How weary, stale, flat, and unprofitable
Seem to me all the uses of this world!
Fie on’t! O fie! ’tis an unweeded garden,
That grows to seed; things rank and gross in nature
Possess it merely.
~ William Shakespeare, Hamlet, I, ii
I woke this morning feeling perfectly fine but at the same time not quite quite, so I took a little white pill. Because the label says not to drive a car or operate heavy machinery, David drove me downtown to BookPeople for my biweekly critique group meeting. For the next two hours, I took part in a lively discussion about the craft of writing.
After the meeting, I fired up my trusty Chromebook and wrote three paragraphs of my Day P post.
Then my eyelids began to droop. I had a definite case of the drowsies.
Lest I fall asleep in CoffeePeople, I called David. He came and escorted me to the car, drove me home, steered me to the house, and poured me into my chair.
Since that time, I’ve felt, in turn, apathetic, detached, draggy, droopy, lethargic, impassive, passive, pedestrian, plodding, and what Hamlet said.
I couldn’t care less and I could care less.
I feel fine.
It’s just that, my dear, I don’t give a damn.
Anyway, I’m dismissing all thought of finishing my original Day P post (“P Is for Pat Boone”) and submitting this instead. Then I turn my face to the future.
A lone woman hears a sound in the middle of the night. She doesn’t know what it is, so she goes in search of the source: to the attic, the basement, the back yard, the barn, the woods, the creek. She might take a flashlight and/or a bat. She wears her pajamas and bedroom slippers.
Chief Detective Smith, sitting at her desk in the incident room, after weeks of an investigation with too many clues and no idea how they fit together, suddenly jumps up, says to Detective Sergeant Jones, “Call the traffic division and find out the name of the Dalmatian that rides with Firetruck #12,” picks up her gun, and heads for the door. “Where are you going?” says Detective Sergeant Jones. Chief Detective Smith runs out to nobody knows where. [Alternate: The ransom note says, “Come alone to a dark corner of the park.” And the detective does.]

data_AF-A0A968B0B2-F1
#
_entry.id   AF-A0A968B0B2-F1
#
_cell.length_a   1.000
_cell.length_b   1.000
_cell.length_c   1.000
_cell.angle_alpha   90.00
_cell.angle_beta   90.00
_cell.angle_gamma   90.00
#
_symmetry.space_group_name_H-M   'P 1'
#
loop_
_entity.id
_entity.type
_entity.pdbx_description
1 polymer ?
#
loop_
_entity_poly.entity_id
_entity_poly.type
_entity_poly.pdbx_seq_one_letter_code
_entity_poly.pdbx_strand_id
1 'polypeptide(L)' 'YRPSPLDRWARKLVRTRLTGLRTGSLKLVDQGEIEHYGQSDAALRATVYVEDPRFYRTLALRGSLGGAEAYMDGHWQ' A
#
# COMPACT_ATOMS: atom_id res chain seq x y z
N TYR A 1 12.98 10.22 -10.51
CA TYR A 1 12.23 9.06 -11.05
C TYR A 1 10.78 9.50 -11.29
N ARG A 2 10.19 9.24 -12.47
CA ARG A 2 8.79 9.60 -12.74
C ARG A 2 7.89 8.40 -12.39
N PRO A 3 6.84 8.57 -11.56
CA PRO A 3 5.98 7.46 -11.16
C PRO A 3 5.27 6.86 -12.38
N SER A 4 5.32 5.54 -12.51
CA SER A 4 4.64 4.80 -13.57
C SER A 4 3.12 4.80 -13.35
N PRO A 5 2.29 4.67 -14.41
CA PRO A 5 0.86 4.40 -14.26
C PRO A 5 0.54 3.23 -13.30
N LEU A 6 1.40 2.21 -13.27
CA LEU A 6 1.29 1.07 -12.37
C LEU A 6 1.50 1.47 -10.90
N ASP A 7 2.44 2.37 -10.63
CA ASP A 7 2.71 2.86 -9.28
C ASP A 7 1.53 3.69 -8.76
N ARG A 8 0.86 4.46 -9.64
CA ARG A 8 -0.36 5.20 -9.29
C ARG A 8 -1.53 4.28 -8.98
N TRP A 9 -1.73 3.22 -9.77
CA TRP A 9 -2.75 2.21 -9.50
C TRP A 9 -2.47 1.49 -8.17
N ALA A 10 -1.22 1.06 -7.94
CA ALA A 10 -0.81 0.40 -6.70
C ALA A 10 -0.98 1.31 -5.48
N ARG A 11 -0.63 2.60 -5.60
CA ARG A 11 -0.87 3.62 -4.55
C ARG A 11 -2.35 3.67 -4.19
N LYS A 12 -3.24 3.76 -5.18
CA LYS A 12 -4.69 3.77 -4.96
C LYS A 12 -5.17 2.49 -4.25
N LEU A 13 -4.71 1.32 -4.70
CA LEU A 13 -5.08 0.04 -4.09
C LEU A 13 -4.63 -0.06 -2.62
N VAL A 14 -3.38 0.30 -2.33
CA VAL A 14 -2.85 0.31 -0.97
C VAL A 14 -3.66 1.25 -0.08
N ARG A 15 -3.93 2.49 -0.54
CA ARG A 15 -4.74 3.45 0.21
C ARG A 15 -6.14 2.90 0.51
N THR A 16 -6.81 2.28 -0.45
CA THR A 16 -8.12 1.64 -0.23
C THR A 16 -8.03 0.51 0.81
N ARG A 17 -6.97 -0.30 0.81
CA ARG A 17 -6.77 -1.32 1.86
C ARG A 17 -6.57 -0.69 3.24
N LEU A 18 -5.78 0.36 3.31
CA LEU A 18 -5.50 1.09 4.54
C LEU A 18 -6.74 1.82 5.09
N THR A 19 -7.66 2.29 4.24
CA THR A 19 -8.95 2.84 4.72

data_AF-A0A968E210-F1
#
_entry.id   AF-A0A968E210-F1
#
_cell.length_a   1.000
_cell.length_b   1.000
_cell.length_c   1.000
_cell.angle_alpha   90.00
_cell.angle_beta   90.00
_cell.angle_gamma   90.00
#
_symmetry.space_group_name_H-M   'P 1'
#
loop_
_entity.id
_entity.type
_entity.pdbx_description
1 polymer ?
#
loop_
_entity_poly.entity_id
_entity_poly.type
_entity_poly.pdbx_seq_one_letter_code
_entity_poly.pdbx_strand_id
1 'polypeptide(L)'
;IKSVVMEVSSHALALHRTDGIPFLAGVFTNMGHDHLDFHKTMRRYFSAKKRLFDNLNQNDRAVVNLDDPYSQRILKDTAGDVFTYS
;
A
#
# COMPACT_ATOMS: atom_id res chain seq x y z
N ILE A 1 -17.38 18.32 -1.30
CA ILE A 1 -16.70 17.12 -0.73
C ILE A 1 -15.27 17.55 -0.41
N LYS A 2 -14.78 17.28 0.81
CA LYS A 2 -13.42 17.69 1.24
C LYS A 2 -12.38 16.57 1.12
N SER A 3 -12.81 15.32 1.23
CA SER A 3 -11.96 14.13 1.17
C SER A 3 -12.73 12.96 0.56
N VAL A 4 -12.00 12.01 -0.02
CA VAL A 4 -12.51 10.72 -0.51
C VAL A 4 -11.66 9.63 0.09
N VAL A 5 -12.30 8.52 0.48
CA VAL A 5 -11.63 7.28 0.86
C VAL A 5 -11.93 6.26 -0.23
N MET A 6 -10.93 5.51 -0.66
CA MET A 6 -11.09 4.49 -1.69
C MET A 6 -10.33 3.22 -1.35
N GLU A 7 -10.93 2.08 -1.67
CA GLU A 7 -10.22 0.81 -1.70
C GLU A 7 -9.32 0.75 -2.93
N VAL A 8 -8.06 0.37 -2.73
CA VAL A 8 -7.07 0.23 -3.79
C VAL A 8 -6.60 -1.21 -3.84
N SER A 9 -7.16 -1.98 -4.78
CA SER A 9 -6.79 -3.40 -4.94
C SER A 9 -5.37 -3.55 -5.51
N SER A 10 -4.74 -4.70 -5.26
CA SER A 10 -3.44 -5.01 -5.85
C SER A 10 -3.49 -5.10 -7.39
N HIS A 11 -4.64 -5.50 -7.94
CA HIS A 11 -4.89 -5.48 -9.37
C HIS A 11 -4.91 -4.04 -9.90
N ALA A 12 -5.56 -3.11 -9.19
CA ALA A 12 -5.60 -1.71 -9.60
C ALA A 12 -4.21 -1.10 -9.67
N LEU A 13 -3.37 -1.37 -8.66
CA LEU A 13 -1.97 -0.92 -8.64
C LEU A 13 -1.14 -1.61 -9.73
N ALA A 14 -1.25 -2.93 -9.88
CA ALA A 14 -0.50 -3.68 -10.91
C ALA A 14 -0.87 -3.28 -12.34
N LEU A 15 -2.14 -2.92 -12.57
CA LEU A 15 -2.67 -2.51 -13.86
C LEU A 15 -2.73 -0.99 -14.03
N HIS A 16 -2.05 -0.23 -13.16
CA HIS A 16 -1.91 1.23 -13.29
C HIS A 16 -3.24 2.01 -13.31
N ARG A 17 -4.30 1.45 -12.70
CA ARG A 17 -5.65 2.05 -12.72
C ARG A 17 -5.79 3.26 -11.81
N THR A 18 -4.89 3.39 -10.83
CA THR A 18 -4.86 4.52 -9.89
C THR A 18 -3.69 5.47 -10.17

A man or a woman, take your pick, kneels in the garden cutting roses/stands over the stove stirring soup/hears a knock and answers the door, take your pick, and looks up and says, “Oh, it’s you. What are you doing here?” And then doesn’t say anything else at all.
I see them all the time in mystery/suspense/thrillers on television, but I don’t believe them because
If I hear a sound at night, I don’t go looking for it. I crawl under the covers or, depending on the nature of the noise, under the bed. Even when I know it’s just an armadillo banging on the water pipes under the house.
Any detective who does what Chief Detective Sergeant Smith does–and she does it nearly every week, same time, same station–would end up getting either fired by her boss or coshed by the suspect she’s chasing, or by her partner, who’s had enough.
The “You?” is old and tired.*
Why do writers use them?
Because the character needs to know. The lone woman needs to know what the sound is. The detective needs to know if she’s right about whodunit. The victim needs to know the murderer.
And the writer needs to conceal. A lone woman sneaking around in a dark attic builds suspense. A detective flying to a showdown builds suspense. A victim recognizing his murderer builds suspense.
And because they work. Viewers, and readers, are willing to temporarily suspend disbelief. I am willing to suspend disbelief for the sake of the story playing out on the screen–even when one side of my brain is saying to the other, “That is totally unrealistic.”
Now to my real concern: Will I ever stoop to using one of these conventions? Send a woman into the dark where a hobgoblin awaits? Send a detective off to meet a bad guy without telling anyone where she’s going? Let a little old lady in gardening gloves be axed by her best friend without giving her the chance to get out of the way?
I don’t know.
*Actually, come to think of it, #3 might be totally realistic.
I assume the error arises from its similarity to words like gauge, gaunt, and gauze. In other words, the writer was thinking in English, not in Spanish: Guadalajara, Guadalupe Hidalgo, guacamole.
The excuse may be wishful thinking on my part, but since I retired, I’ve been kinder and gentler with misspellers in the hope they’ll be kinder and gentler with me. It’s a sad day when an English major has to admit this, but nearly every time I write gauge, I have to look it up to be sure.
Anyway, you know how it is with dictionaries: open one to find a word and ten minutes later you’re browsing, engrossed in a book that doesn’t have characters, much less a plot. That’s how I came across gnomist, defined as a writer of aphorisms.
Unable to imagine little red-capped garden dwellers channeling Benjamin Franklin, I checked Dictionary.com for gnome, and about half-way down the page found it: a gnome is a short, pithy saying of a general truth.